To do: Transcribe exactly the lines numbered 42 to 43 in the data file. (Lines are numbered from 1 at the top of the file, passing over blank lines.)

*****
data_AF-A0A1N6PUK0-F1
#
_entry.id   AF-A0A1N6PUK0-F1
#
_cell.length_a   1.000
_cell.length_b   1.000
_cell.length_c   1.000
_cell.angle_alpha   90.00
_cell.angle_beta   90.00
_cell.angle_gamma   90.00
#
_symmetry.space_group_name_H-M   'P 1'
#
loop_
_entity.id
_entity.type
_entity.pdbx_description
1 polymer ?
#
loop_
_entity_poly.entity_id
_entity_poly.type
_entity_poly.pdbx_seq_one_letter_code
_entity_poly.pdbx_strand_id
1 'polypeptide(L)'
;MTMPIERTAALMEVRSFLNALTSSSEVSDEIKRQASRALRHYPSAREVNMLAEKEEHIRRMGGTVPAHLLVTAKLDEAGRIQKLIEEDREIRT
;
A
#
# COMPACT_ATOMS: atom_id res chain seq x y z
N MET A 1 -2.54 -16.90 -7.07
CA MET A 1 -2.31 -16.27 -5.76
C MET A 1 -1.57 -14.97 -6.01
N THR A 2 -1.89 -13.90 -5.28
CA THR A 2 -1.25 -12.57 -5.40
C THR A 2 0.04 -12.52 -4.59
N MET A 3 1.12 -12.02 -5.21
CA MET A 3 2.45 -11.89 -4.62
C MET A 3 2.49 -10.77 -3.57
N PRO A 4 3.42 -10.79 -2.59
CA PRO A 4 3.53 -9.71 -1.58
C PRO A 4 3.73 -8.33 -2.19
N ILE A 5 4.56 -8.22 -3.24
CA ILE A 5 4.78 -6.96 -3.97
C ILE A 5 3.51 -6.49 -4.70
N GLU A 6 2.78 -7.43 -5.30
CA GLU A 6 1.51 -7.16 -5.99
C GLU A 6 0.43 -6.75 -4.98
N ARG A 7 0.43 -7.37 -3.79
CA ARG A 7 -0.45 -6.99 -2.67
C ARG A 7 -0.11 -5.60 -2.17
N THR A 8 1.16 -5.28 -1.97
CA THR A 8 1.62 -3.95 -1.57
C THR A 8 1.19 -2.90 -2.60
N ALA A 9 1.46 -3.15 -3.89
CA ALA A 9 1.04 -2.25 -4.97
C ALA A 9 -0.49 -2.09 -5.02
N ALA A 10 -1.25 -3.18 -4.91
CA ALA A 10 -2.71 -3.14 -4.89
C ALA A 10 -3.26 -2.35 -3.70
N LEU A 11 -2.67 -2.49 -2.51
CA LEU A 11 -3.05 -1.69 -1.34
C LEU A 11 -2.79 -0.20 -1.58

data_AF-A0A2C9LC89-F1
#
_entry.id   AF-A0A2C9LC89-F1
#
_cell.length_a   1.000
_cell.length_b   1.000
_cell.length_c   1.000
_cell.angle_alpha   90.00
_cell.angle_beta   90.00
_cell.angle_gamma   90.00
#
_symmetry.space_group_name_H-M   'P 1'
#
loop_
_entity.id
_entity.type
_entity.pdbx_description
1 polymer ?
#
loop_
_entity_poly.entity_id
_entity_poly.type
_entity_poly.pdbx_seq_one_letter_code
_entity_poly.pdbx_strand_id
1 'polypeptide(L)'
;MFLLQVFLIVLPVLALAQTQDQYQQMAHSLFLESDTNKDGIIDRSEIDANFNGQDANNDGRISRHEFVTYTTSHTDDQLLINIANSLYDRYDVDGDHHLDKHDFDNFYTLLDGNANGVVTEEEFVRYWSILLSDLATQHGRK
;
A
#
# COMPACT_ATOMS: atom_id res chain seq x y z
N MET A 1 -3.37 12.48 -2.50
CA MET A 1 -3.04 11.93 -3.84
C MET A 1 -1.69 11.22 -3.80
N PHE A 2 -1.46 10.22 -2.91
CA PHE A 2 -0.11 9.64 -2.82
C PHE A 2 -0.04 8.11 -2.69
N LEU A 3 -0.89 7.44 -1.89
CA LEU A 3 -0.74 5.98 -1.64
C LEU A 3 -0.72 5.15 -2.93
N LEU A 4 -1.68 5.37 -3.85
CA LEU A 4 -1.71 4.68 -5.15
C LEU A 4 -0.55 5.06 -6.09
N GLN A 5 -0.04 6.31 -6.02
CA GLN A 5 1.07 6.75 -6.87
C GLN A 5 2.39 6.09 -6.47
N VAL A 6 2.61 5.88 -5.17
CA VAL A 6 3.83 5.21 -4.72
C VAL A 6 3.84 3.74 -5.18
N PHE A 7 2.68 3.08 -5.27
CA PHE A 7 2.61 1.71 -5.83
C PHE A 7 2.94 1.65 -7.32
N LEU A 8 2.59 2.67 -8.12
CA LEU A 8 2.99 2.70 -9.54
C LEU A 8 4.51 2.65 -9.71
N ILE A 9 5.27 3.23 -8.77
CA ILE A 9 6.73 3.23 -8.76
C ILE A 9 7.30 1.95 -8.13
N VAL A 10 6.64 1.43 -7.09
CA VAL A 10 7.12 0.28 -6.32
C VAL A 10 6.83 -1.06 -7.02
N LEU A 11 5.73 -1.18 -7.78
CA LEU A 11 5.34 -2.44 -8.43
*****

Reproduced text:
C PRO A 4 3.73 -8.33 -2.19
N ILE A 5 4.56 -8.22 -3.24